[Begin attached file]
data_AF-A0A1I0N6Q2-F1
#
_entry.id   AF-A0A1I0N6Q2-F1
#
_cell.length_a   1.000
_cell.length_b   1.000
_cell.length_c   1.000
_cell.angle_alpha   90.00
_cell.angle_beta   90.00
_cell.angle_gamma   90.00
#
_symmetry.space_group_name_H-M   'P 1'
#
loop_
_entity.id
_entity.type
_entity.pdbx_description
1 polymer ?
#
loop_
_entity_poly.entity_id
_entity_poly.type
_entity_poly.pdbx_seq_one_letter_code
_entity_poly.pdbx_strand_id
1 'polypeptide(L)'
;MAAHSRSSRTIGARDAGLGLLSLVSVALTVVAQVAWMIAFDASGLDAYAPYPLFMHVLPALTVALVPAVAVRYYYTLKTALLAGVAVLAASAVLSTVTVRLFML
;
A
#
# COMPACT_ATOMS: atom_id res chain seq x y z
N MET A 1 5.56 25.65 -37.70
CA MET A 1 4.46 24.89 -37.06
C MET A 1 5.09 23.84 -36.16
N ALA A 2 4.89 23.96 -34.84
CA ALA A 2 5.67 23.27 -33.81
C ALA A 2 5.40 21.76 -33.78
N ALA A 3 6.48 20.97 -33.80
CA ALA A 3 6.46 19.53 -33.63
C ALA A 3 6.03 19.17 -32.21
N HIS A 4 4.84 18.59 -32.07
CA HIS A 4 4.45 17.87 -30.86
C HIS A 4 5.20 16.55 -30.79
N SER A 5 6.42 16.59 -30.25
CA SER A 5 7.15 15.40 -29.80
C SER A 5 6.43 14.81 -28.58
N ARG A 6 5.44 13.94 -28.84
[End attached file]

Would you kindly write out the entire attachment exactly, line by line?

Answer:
data_AF-A0A1I0N6Q2-F1
#
_entry.id   AF-A0A1I0N6Q2-F1
#
_cell.length_a   1.000
_cell.length_b   1.000
_cell.length_c   1.000
_cell.angle_alpha   90.00
_cell.angle_beta   90.00
_cell.angle_gamma   90.00
#
_symmetry.space_group_name_H-M   'P 1'
#
loop_
_entity.id
_entity.type
_entity.pdbx_description
1 polymer ?
#
loop_
_entity_poly.entity_id
_entity_poly.type
_entity_poly.pdbx_seq_one_letter_code
_entity_poly.pdbx_strand_id
1 'polypeptide(L)'
;MAAHSRSSRTIGARDAGLGLLSLVSVALTVVAQVAWMIAFDASGLDAYAPYPLFMHVLPALTVALVPAVAVRYYYTLKTALLAGVAVLAASAVLSTVTVRLFML
;
A
#
# COMPACT_ATOMS: atom_id res chain seq x y z
N MET A 1 5.56 25.65 -37.70
CA MET A 1 4.46 24.89 -37.06
C MET A 1 5.09 23.84 -36.16
N ALA A 2 4.89 23.96 -34.84
CA ALA A 2 5.67 23.27 -33.81
C ALA A 2 5.40 21.76 -33.78
N ALA A 3 6.48 20.97 -33.80
CA ALA A 3 6.46 19.53 -33.63
C ALA A 3 6.03 19.17 -32.21
N HIS A 4 4.84 18.59 -32.07
CA HIS A 4 4.45 17.87 -30.86
C HIS A 4 5.20 16.55 -30.79
N SER A 5 6.42 16.59 -30.25
CA SER A 5 7.15 15.40 -29.80
C SER A 5 6.43 14.81 -28.58
N ARG A 6 5.44 13.94 -28.84